Groves & Co.
Portrait: Groves & Co.; Project: Eric Piasecki/Courtesy of Groves & Co.
I would describe my style as: A layered modernism combined with a refined aesthetic of luxurious materials and finishes. This brings together the best of design, comfort and style infused with warmth and ease.
If I weren’t an architect, I would be: A therapist. No, wait, I do that already.
I’m best known for: Clean, simple lines contrasted with luxe materials. It’s this combination that makes our work both modern and comfortable. An effortless assemblage of architecture, interior design and art, which creates unique and luxurious settings that also reflect the individual client’s taste, vision and individual needs.
Favorite perk of my job: The design process. I love to sit at my desk and draw, although this happens less and less nowadays. I also love to work with craftsmen. We make a lot of custom furniture, and collaborating with these artists is inspiring.
The moment I felt I made it: I started my firm in 1999 with my first project, the incredibly successful Tea Box at Takashimaya. It won an American Institute of Architects award and really launched my career.
Currently on my radar: We’re launching our plumbing line this fall and working on a new edition of Groves & Co. furniture.
A career highlight to date: Some of the most exciting projects we’re currently working on are two of Michael Kors’s private residences—one in Florida and one in New York City. We’re also excited to be working on two large residential developments—1 Seaport, an all-glass, sixty-story waterfront tower in lower Manhattan, and Waterline Square, an illustrious collaboration with Rafael Viñoly.
Most treasured item in my home: My art collection. Recently acquired works by Damien Hirst and Tracy Rocca have added great pops of color to my Chelsea home.
I collect: Cutlery. Odd, I know, but in architecture school, I was given an assignment and asked to rethink flatware. I became obsessed. I look for items that are luxurious but highly functional. The best also have a simplicity of form.
Something you may not know about me: I love color. We’ve garnered a reputation for neutral palettes—it seems to be what attracts our clients—but I’m trying to insert more color into our projects in a modern way. I love soft, heathery lavender and French blue.
ERNEST DE LA TORRE
de la Torre design
Portrait: Peter Murdock; Project: Ashkan Sahihi;
I would describe my style as: I like to think of myself as a Savile Row tailor, putting together the right materials to perfectly fit a client well into the future.
If I weren’t a designer, I would be: An artist, probably working in the medium of sculpture. I like creating beautiful rooms, so objects aren’t far off.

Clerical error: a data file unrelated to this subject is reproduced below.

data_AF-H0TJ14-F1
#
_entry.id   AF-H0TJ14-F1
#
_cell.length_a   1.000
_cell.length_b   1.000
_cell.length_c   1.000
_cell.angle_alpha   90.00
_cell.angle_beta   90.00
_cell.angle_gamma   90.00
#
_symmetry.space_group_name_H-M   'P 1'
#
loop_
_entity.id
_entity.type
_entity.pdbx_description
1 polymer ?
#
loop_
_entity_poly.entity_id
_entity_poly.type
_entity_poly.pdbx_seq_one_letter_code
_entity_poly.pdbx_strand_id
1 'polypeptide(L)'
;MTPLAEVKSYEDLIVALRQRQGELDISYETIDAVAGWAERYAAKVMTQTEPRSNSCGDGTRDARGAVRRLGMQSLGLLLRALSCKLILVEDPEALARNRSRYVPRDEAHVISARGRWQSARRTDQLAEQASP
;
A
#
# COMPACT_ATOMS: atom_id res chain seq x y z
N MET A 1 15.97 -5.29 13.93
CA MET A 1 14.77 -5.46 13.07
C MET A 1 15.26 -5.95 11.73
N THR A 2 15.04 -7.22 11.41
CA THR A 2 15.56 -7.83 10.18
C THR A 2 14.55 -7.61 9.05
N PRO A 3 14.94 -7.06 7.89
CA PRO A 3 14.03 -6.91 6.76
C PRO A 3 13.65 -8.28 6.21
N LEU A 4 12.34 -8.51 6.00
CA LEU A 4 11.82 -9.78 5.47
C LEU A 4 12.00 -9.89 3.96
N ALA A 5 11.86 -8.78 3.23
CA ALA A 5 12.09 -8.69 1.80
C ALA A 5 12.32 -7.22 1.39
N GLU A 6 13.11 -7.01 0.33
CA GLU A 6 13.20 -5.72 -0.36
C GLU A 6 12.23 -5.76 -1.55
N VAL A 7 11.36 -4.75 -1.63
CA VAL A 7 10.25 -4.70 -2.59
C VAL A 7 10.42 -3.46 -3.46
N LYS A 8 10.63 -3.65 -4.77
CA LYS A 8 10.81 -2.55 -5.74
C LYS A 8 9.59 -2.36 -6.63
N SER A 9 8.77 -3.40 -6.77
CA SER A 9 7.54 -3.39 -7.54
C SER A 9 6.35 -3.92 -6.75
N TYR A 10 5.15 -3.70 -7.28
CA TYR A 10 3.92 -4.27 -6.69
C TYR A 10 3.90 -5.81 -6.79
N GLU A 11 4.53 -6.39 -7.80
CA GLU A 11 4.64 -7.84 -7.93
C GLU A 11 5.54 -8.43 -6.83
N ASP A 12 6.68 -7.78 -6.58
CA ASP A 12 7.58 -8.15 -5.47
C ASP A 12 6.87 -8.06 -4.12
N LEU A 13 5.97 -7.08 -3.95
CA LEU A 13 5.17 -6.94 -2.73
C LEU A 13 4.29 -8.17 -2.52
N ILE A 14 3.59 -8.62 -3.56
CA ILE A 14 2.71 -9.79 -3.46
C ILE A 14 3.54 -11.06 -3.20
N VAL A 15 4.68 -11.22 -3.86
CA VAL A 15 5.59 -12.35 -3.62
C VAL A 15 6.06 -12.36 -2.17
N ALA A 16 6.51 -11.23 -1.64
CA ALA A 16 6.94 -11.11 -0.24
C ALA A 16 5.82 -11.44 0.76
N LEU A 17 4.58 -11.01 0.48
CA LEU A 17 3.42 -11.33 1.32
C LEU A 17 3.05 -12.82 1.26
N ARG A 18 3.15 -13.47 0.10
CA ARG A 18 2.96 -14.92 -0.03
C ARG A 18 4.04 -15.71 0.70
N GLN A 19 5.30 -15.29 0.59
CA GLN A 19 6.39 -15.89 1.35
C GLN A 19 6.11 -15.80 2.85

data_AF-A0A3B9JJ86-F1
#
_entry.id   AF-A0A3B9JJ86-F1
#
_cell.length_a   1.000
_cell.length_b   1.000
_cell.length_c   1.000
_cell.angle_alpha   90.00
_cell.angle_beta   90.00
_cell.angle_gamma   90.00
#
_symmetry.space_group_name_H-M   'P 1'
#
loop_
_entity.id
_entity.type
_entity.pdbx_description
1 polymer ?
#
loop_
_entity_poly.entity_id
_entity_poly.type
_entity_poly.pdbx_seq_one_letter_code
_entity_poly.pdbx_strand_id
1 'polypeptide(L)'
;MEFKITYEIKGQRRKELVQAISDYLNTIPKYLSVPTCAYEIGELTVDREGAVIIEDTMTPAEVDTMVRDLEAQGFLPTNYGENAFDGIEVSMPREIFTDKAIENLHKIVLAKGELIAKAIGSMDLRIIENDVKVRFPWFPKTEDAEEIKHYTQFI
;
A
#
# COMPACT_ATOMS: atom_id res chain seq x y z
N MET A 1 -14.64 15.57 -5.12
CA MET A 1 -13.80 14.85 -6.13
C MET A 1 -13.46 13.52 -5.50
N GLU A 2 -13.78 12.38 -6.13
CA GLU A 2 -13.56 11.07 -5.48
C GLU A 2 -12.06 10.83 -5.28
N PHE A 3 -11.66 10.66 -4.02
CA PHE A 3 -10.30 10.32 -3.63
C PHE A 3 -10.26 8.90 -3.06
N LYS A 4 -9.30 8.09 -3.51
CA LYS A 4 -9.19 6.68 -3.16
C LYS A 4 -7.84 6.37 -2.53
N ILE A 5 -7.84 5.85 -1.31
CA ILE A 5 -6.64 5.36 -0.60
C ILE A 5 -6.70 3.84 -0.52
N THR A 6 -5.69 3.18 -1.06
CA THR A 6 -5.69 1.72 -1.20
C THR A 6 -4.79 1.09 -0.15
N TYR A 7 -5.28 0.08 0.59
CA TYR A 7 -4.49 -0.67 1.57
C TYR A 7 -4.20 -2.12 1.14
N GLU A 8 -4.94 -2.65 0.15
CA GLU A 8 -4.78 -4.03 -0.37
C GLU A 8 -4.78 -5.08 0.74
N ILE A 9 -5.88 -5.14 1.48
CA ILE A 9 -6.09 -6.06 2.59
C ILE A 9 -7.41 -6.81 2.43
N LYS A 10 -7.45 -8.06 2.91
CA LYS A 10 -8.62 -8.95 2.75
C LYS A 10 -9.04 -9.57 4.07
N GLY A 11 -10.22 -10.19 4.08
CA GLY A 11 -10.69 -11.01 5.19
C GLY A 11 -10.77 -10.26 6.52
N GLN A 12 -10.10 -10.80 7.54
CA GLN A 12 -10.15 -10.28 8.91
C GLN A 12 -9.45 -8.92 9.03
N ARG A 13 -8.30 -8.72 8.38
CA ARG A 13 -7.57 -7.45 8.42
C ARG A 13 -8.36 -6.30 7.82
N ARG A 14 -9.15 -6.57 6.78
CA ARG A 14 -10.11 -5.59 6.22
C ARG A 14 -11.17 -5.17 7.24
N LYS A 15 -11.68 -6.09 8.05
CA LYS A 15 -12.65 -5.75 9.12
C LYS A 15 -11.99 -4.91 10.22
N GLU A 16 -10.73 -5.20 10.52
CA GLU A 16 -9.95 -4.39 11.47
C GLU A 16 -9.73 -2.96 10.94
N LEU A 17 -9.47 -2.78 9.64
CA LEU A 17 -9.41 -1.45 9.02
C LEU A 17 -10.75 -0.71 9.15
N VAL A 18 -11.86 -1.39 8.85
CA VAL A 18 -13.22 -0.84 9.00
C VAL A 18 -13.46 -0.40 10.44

Favorite perk of my job: I thought it would be riding on private jets, but it’s not very relaxing when you’re being pummeled with questions! I would say establishing relationships with extraordinary clients and artisans and learning their stories.
I’m best known for: Expensive interiors, but it’s my clients’ excellent taste that drives their selection of the best.
The moment I felt I made it: When my project was on the cover of Elle Décor and I was named to their top 25 designers in America that year.
Currently on my radar: I’ve been asked to be on a certain TV show, but I’m not sure I have the time or stomach for it.
I’m coveting: Time with my two-year-old son. He’s growing like a weed.
A career highlight to date: Doing a super yacht for a client, and then getting a week on board as a wedding present!
Most treasured item in my home: I know it’s corny, but my family. Everything else can be replaced.
Something you may not know about me: I’m a first-generation American. My parents were here for medical school at Northwestern and stayed once the revolution started.
What brings me the most joy: Professionally, it’s having clients tell me I’ve transformed their lives for the better. When a sixty-five-year-old billionaire tells you that, as one did, it’s something you never forget.
What’s next: I want to create a monograph of my work, but time seems to evade me. I’m working on a fabric and furniture line, too.
Edward Siegel Architect
Portrait: Aaron Tredwell for Cooper Robertson; Project: Peter Murdock
I would describe my style as: Contemporary classicism.
If I weren’t an architect, I would be: Probably an interior designer. They bring a very special level of refinement to my projects, which I encourage and truly enjoy.
Favorite perk of my job: In the pursuit of my profession, I’ve visited and created some of the most beautiful private residences in the world. Visiting these places and creating them has been, and continues to be, an extraordinary privilege.
I’m currently coveting: Talenti’s hazelnut chocolate chip gelato. Do I really need to say why?
The moment I felt I made it: I get that same “I made it” feeling every time a client tells me how much they love their home that we designed for them.
The design trend in 2018 that I’m most excited about: I’m less concerned about trends and more concerned about creating value.
I’m best known for: Luxury apartment renovations because we know how to make a multimillion-dollar home chic and timeless.
A career highlight to date: Designing a 35,000-square-foot recreational center for an Upper Westchester private estate—it was truly a commission of a lifetime.
What makes me feel at home: Saturday mornings, having breakfast on my Sag Harbor porch looking over my garden towards Noyack Bay.